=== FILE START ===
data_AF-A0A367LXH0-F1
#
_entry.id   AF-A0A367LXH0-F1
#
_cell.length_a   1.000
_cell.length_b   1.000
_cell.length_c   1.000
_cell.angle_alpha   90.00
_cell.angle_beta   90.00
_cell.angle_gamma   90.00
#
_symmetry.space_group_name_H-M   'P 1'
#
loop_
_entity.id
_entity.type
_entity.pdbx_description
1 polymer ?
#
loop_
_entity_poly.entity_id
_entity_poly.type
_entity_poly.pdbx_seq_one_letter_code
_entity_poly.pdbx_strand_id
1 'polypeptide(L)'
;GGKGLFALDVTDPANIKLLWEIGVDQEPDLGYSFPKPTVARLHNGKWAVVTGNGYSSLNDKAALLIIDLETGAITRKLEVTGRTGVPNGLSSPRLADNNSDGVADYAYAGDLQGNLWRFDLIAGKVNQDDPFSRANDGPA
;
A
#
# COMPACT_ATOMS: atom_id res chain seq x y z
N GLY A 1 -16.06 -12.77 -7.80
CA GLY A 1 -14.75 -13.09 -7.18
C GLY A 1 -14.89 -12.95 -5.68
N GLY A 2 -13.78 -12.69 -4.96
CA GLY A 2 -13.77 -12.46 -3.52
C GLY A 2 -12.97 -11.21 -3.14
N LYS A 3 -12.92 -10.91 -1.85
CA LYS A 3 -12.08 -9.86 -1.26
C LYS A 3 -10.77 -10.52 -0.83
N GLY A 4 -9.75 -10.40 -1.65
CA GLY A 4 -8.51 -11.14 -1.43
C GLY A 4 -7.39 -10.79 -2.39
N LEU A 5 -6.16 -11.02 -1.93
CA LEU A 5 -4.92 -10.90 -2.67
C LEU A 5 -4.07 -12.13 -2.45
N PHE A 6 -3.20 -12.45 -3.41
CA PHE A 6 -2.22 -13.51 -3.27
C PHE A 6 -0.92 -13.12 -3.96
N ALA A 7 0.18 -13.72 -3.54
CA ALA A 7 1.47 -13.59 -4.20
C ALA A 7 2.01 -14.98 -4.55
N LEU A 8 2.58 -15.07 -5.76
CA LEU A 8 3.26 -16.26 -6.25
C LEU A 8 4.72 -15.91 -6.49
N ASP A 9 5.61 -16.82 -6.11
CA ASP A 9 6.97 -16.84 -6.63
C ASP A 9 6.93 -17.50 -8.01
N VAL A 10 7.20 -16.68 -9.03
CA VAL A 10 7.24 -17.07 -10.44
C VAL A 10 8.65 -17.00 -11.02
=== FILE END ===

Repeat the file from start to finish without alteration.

data_AF-A0A367LXH0-F1
#
_entry.id   AF-A0A367LXH0-F1
#
_cell.length_a   1.000
_cell.length_b   1.000
_cell.length_c   1.000
_cell.angle_alpha   90.00
_cell.angle_beta   90.00
_cell.angle_gamma   90.00
#
_symmetry.space_group_name_H-M   'P 1'
#
loop_
_entity.id
_entity.type
_entity.pdbx_description
1 polymer ?
#
loop_
_entity_poly.entity_id
_entity_poly.type
_entity_poly.pdbx_seq_one_letter_code
_entity_poly.pdbx_strand_id
1 'polypeptide(L)'
;GGKGLFALDVTDPANIKLLWEIGVDQEPDLGYSFPKPTVARLHNGKWAVVTGNGYSSLNDKAALLIIDLETGAITRKLEVTGRTGVPNGLSSPRLADNNSDGVADYAYAGDLQGNLWRFDLIAGKVNQDDPFSRANDGPA
;
A
#
# COMPACT_ATOMS: atom_id res chain seq x y z
N GLY A 1 -16.06 -12.77 -7.80
CA GLY A 1 -14.75 -13.09 -7.18
C GLY A 1 -14.89 -12.95 -5.68
N GLY A 2 -13.78 -12.69 -4.96
CA GLY A 2 -13.77 -12.46 -3.52
C GLY A 2 -12.97 -11.21 -3.14
N LYS A 3 -12.92 -10.91 -1.85
CA LYS A 3 -12.08 -9.86 -1.26
C LYS A 3 -10.77 -10.52 -0.83
N GLY A 4 -9.75 -10.40 -1.65
CA GLY A 4 -8.51 -11.14 -1.43
C GLY A 4 -7.39 -10.79 -2.39
N LEU A 5 -6.16 -11.02 -1.93
CA LEU A 5 -4.92 -10.90 -2.67
C LEU A 5 -4.07 -12.13 -2.45
N PHE A 6 -3.20 -12.45 -3.41
CA PHE A 6 -2.22 -13.51 -3.27
C PHE A 6 -0.92 -13.12 -3.96
N ALA A 7 0.18 -13.72 -3.54
CA ALA A 7 1.47 -13.59 -4.20
C ALA A 7 2.01 -14.98 -4.55
N LEU A 8 2.58 -15.07 -5.76
CA LEU A 8 3.26 -16.26 -6.25
C LEU A 8 4.72 -15.91 -6.49
N ASP A 9 5.61 -16.82 -6.11
CA ASP A 9 6.97 -16.84 -6.63
C ASP A 9 6.93 -17.50 -8.01
N VAL A 10 7.20 -16.68 -9.03
CA VAL A 10 7.24 -17.07 -10.44
C VAL A 10 8.65 -17.00 -11.02